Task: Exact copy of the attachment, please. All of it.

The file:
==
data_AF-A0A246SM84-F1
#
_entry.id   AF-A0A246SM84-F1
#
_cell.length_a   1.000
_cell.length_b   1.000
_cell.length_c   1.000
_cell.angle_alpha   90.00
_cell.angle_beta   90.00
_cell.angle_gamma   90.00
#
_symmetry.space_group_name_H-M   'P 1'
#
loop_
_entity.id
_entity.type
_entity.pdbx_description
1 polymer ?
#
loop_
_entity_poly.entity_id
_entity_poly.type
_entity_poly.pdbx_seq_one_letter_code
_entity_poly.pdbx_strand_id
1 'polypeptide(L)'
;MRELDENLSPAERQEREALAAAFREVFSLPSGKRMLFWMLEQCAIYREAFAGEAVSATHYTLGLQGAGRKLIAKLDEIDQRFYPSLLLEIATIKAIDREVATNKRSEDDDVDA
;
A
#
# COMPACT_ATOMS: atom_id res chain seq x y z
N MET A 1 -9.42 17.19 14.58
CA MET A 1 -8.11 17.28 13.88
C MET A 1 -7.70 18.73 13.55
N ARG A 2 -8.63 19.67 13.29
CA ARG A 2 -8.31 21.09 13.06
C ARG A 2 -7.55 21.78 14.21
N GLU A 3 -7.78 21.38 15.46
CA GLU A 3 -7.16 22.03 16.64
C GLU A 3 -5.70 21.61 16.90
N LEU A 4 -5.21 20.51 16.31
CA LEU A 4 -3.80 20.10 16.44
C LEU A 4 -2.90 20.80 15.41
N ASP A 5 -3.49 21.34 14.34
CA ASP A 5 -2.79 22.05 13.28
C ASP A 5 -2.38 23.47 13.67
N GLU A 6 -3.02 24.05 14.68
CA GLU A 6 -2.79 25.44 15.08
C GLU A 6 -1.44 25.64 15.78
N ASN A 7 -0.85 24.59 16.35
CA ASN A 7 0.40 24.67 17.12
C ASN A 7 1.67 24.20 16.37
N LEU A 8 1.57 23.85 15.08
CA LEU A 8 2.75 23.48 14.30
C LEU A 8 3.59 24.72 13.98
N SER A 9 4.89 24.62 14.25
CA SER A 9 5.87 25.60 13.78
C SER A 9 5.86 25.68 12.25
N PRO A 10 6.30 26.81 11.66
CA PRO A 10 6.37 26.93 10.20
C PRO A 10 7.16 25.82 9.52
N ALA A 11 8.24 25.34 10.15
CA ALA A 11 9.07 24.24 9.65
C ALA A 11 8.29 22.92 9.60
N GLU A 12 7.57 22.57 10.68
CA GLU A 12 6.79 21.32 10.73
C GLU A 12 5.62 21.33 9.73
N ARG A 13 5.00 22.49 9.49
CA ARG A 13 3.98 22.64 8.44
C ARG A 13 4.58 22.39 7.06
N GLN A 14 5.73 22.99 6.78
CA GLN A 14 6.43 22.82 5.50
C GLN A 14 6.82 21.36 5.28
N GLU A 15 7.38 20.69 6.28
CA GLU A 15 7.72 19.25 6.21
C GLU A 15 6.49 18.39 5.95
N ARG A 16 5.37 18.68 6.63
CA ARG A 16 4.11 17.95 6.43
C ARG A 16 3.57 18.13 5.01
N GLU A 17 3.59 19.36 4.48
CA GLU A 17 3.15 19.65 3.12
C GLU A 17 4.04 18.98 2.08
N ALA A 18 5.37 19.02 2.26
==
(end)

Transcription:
data_AF-A0A246SM84-F1
#
_entry.id   AF-A0A246SM84-F1
#
_cell.length_a   1.000
_cell.length_b   1.000
_cell.length_c   1.000
_cell.angle_alpha   90.00
_cell.angle_beta   90.00
_cell.angle_gamma   90.00
#
_symmetry.space_group_name_H-M   'P 1'
#
loop_
_entity.id
_entity.type
_entity.pdbx_description
1 polymer ?
#
loop_
_entity_poly.entity_id
_entity_poly.type
_entity_poly.pdbx_seq_one_letter_code
_entity_poly.pdbx_strand_id
1 'polypeptide(L)'
;MRELDENLSPAERQEREALAAAFREVFSLPSGKRMLFWMLEQCAIYREAFAGEAVSATHYTLGLQGAGRKLIAKLDEIDQRFYPSLLLEIATIKAIDREVATNKRSEDDDVDA
;
A
#
# COMPACT_ATOMS: atom_id res chain seq x y z
N MET A 1 -9.42 17.19 14.58
CA MET A 1 -8.11 17.28 13.88
C MET A 1 -7.70 18.73 13.55
N ARG A 2 -8.63 19.67 13.29
CA ARG A 2 -8.31 21.09 13.06
C ARG A 2 -7.55 21.78 14.21
N GLU A 3 -7.78 21.38 15.46
CA GLU A 3 -7.16 22.03 16.64
C GLU A 3 -5.70 21.61 16.90
N LEU A 4 -5.21 20.51 16.31
CA LEU A 4 -3.80 20.10 16.44
C LEU A 4 -2.90 20.80 15.41
N ASP A 5 -3.49 21.34 14.34
CA ASP A 5 -2.79 22.05 13.28
C ASP A 5 -2.38 23.47 13.67
N GLU A 6 -3.02 24.05 14.68
CA GLU A 6 -2.79 25.44 15.08
C GLU A 6 -1.44 25.64 15.78
N ASN A 7 -0.85 24.59 16.35
CA ASN A 7 0.40 24.67 17.12
C ASN A 7 1.67 24.20 16.37
N LEU A 8 1.57 23.85 15.08
CA LEU A 8 2.75 23.48 14.30
C LEU A 8 3.59 24.72 13.98
N SER A 9 4.89 24.62 14.25
CA SER A 9 5.87 25.60 13.78
C SER A 9 5.86 25.68 12.25
N PRO A 10 6.30 26.81 11.66
CA PRO A 10 6.37 26.93 10.20
C PRO A 10 7.16 25.82 9.52
N ALA A 11 8.24 25.34 10.15
CA ALA A 11 9.07 24.24 9.65
C ALA A 11 8.29 22.92 9.60
N GLU A 12 7.57 22.57 10.68
CA GLU A 12 6.79 21.32 10.73
C GLU A 12 5.62 21.33 9.73
N ARG A 13 5.00 22.49 9.49
CA ARG A 13 3.98 22.64 8.44
C ARG A 13 4.58 22.39 7.06
N GLN A 14 5.73 22.99 6.78
CA GLN A 14 6.43 22.82 5.50
C GLN A 14 6.82 21.36 5.28
N GLU A 15 7.38 20.69 6.28
CA GLU A 15 7.72 19.25 6.21
C GLU A 15 6.49 18.39 5.95
N ARG A 16 5.37 18.68 6.63
CA ARG A 16 4.11 17.95 6.43
C ARG A 16 3.57 18.13 5.01
N GLU A 17 3.59 19.36 4.48
CA GLU A 17 3.15 19.65 3.12
C GLU A 17 4.04 18.98 2.08
N ALA A 18 5.37 19.02 2.26